Saskatchewan Sitcoms and Adult Learning: Insights from Chinese International Students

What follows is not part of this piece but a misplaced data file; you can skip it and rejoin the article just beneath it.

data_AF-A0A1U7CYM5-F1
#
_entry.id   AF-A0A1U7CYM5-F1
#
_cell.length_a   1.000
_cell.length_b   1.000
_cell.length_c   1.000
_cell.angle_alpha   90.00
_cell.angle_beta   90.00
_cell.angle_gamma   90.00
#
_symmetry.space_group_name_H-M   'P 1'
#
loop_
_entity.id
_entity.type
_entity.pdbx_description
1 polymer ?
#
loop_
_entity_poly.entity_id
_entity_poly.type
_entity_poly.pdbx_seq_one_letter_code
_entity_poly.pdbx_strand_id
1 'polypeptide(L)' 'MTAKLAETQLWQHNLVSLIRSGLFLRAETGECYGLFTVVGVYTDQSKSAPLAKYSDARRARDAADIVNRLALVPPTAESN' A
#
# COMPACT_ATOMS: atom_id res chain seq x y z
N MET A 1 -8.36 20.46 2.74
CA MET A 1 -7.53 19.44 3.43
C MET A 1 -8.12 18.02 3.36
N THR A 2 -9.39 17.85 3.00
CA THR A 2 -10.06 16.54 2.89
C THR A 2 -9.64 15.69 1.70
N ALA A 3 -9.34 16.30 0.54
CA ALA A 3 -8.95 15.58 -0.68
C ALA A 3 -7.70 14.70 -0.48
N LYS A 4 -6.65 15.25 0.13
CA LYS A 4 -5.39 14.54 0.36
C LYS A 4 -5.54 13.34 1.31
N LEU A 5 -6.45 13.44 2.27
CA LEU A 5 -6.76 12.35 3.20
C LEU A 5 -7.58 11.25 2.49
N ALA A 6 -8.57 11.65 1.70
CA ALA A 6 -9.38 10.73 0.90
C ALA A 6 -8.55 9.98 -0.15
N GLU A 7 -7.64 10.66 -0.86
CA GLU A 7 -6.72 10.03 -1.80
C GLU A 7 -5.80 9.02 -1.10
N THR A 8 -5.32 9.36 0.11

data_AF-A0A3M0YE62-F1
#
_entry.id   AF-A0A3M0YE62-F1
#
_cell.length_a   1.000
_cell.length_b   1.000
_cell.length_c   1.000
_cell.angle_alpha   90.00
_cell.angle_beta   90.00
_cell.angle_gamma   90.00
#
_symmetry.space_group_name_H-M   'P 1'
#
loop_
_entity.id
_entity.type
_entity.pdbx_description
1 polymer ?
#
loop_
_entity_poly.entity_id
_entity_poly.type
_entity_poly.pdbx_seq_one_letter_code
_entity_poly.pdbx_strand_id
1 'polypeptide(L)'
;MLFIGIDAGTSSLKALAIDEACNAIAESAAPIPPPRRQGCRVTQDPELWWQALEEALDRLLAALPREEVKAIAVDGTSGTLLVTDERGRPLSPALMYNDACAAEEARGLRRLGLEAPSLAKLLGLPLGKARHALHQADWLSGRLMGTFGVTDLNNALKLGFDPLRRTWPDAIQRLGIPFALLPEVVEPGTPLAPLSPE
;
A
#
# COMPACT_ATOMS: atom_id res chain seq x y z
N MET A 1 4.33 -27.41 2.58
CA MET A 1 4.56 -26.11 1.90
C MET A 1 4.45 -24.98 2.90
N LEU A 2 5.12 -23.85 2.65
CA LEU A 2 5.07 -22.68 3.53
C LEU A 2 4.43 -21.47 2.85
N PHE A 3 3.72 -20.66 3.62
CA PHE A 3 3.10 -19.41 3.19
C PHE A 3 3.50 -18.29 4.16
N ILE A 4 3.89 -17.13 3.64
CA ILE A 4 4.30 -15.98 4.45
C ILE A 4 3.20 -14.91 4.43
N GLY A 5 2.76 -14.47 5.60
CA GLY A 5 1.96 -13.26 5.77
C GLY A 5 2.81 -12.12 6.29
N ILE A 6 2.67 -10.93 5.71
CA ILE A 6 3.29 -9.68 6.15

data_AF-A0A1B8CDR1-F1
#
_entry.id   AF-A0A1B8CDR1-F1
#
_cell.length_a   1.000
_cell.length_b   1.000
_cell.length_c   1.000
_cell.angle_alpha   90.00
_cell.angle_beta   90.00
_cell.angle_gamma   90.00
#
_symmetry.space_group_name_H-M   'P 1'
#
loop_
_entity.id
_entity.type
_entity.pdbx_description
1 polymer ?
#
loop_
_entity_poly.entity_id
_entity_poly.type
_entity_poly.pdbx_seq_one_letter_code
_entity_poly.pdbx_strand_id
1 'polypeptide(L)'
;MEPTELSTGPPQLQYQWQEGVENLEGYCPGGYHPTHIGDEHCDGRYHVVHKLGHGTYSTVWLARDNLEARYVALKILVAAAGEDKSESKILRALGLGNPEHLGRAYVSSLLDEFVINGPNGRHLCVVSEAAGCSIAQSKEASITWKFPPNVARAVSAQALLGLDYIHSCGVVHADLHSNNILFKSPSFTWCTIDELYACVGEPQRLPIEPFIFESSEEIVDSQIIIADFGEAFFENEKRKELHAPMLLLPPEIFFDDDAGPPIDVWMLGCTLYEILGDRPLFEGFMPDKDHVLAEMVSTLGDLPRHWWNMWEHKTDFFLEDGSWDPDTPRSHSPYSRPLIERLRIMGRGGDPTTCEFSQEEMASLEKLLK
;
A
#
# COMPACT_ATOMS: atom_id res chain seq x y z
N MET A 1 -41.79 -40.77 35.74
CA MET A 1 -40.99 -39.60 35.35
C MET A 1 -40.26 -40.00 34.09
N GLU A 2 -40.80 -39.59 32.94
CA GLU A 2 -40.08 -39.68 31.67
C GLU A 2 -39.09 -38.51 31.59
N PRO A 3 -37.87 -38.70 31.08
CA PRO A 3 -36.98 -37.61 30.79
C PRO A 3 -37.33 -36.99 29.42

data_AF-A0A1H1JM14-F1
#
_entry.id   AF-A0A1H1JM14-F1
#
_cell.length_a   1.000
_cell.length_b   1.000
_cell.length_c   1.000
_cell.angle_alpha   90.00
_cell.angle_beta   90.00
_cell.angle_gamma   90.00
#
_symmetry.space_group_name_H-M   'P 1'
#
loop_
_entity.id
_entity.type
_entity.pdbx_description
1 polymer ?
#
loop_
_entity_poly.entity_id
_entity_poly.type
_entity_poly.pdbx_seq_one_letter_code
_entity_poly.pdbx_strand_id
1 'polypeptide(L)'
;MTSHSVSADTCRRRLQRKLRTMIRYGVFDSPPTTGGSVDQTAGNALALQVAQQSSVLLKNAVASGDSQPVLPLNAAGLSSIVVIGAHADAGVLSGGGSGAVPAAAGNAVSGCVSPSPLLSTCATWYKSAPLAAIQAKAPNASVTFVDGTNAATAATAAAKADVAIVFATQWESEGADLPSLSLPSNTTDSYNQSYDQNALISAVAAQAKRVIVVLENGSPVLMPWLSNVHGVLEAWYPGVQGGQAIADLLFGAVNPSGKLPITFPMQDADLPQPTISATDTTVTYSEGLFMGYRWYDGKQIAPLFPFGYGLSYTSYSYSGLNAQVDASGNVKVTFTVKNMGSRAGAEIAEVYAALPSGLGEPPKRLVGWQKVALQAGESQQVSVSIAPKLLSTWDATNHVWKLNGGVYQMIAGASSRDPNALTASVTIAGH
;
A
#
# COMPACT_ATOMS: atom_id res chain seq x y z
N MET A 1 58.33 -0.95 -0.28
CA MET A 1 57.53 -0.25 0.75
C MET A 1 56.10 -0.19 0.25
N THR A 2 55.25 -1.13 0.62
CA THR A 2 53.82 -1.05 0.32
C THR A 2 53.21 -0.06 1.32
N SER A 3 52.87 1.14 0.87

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This study focused on one common component of popular culture, the popular television sitcom, to explore its influences on Chinese adult learners in Canada. Specifically, I researched how Canadian popular television sitcoms inform international Chinese adults with respect to their understanding of Canadian national identity, and subsequently how they draw on it in their learning, particularly in regard to understanding issues of multiculturalism and acculturation. The purposes of this study were: to find out how two Canadian sitcoms – Corner Gas and Little Mosque on the Prairie: a) can serve to raise audiences’ thinking about Canadian national identities, b) can be used as a pedagogical example for viewers to critically analyse Canadian politics, and c) can lead audiences to deliberate current social issues concerning justices and equity. The study was a qualitative exploration of two focus group discussions in which six international Chinese students from the University of Regina firstly watched two episodes of each of Corner Gas and Little Mosque on the Prairie, and then conducted group discussions. Gee’s (2014) discourse analysis model helped extract codes and themes, which further shed light on participants’ thinking and experiences they related to Canadian national identities. The themes were grouped into three sections: understandings about Canadian national identity from Corner Gas, perceptions of multiculturalism and pluralism from Little Mosque on the Prairie, and cross-cultural interactions and acculturation experiences in Canada. Research findings underscore the importance of examining the popular culture as public pedagogy by showing that adult learners can critically interpret cultural texts, reiterate hegemonic views, and produce counter-hegemonic opinions in order to create a democratic or unjust public space.